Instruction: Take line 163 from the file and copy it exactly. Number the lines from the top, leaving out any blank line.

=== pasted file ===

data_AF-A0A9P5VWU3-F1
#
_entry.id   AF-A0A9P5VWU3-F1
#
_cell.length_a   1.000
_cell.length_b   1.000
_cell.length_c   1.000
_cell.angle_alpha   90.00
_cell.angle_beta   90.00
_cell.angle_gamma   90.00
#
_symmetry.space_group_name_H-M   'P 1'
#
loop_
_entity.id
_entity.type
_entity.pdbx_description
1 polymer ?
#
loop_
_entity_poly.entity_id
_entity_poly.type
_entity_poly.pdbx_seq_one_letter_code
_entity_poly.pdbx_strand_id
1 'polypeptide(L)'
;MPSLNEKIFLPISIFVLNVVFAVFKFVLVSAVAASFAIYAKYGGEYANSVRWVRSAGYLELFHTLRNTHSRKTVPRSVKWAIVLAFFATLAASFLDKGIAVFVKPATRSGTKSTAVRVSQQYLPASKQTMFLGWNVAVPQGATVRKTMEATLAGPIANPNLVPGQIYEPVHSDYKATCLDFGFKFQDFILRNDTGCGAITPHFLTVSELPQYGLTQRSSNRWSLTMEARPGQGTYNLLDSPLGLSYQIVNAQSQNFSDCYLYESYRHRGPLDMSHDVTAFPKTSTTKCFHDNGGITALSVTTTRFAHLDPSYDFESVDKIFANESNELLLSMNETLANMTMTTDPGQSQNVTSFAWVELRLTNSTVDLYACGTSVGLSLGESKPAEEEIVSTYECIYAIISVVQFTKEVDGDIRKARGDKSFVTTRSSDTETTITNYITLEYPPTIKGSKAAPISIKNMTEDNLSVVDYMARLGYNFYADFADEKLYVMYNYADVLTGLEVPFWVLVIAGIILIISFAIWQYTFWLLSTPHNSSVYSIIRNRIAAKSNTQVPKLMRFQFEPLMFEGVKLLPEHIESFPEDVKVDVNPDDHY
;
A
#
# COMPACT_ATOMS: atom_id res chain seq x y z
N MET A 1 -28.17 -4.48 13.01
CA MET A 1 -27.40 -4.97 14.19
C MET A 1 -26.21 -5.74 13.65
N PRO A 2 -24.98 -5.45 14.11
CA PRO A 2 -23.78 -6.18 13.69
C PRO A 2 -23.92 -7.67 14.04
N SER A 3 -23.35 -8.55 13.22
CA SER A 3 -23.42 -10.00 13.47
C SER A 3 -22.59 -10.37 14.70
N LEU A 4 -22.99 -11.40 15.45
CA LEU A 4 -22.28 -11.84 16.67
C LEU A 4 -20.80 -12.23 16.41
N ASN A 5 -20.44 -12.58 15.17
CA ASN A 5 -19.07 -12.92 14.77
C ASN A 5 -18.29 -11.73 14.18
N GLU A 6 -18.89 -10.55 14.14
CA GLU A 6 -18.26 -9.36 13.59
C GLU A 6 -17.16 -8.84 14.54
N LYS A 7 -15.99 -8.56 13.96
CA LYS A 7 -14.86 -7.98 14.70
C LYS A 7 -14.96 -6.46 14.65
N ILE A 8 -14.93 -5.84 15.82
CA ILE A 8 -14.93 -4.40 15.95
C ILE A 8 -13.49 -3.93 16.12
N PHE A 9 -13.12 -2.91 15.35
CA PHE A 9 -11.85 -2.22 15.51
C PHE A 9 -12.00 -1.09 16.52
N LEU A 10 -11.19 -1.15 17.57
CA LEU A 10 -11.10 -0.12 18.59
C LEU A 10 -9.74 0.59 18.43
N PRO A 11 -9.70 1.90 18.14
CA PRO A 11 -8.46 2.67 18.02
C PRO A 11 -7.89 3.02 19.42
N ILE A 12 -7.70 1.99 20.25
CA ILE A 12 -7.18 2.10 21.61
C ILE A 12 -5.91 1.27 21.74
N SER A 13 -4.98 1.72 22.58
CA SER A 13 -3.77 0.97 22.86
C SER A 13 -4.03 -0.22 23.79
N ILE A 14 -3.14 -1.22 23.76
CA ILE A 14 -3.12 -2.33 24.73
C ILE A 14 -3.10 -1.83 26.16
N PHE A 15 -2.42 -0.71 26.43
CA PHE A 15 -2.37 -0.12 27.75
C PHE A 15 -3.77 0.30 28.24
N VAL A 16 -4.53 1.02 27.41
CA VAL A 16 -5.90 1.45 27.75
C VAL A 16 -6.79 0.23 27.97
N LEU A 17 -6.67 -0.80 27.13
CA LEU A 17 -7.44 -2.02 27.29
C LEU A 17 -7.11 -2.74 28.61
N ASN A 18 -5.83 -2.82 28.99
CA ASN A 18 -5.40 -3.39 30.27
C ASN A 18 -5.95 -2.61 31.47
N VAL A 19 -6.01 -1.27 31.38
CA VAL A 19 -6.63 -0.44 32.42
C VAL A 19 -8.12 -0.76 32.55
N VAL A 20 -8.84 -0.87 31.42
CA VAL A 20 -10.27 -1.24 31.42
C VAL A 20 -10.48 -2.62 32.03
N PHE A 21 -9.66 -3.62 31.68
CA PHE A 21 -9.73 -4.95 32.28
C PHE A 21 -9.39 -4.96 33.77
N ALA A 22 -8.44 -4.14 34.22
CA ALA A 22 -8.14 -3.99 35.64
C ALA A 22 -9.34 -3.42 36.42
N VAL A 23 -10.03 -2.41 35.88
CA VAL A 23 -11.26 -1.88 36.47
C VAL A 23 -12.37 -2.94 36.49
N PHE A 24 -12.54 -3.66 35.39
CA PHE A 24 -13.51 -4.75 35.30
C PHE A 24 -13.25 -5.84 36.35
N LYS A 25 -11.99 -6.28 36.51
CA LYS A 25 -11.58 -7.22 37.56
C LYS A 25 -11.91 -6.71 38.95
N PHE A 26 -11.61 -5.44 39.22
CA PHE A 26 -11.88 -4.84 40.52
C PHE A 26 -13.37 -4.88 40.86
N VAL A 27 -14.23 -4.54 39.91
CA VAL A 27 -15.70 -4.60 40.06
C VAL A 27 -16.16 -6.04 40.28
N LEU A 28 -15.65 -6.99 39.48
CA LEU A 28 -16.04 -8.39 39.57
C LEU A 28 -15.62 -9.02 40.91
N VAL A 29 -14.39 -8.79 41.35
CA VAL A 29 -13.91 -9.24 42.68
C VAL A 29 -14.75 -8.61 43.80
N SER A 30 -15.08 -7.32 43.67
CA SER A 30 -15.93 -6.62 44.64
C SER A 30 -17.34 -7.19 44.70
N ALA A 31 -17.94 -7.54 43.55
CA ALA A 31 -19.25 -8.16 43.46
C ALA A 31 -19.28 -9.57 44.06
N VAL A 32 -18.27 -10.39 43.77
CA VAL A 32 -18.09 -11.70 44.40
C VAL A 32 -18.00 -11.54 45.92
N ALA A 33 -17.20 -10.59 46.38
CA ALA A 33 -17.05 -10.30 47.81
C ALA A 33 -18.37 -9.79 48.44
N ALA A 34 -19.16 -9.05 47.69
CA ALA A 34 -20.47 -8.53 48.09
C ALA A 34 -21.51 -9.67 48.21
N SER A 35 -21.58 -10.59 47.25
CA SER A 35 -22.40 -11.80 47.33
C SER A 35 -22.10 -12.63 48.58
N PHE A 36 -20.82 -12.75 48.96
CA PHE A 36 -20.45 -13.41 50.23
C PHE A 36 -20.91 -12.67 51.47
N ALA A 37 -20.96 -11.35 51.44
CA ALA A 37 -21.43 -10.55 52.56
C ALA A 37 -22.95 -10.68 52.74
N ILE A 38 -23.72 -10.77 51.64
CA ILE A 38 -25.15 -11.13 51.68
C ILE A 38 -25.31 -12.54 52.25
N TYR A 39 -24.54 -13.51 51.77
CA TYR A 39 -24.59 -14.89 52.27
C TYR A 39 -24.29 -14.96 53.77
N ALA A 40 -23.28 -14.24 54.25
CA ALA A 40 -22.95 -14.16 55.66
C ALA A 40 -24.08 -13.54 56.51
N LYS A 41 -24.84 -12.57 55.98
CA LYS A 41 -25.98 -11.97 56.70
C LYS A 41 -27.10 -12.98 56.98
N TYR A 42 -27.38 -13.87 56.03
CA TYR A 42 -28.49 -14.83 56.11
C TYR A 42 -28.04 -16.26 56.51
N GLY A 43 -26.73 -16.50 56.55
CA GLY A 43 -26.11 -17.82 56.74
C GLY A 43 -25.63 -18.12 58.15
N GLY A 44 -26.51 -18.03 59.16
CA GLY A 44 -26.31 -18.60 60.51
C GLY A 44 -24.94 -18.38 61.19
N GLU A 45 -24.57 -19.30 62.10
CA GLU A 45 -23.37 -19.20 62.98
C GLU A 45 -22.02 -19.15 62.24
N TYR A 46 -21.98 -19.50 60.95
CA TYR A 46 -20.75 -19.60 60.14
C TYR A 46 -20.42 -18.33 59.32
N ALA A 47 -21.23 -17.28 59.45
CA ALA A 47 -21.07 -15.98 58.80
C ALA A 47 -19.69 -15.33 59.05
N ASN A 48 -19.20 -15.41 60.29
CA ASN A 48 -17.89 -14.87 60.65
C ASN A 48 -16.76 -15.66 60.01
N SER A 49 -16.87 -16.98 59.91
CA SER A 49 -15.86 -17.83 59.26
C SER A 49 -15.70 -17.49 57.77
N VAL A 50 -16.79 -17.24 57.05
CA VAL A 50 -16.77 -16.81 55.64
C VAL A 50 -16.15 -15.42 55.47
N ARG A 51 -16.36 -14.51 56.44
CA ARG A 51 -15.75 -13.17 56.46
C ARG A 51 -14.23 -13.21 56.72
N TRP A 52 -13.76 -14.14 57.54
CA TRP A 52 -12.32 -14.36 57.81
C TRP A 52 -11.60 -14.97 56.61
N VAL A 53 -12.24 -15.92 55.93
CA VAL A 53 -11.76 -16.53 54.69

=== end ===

N GLU A 45 -24.57 -19.30 62.10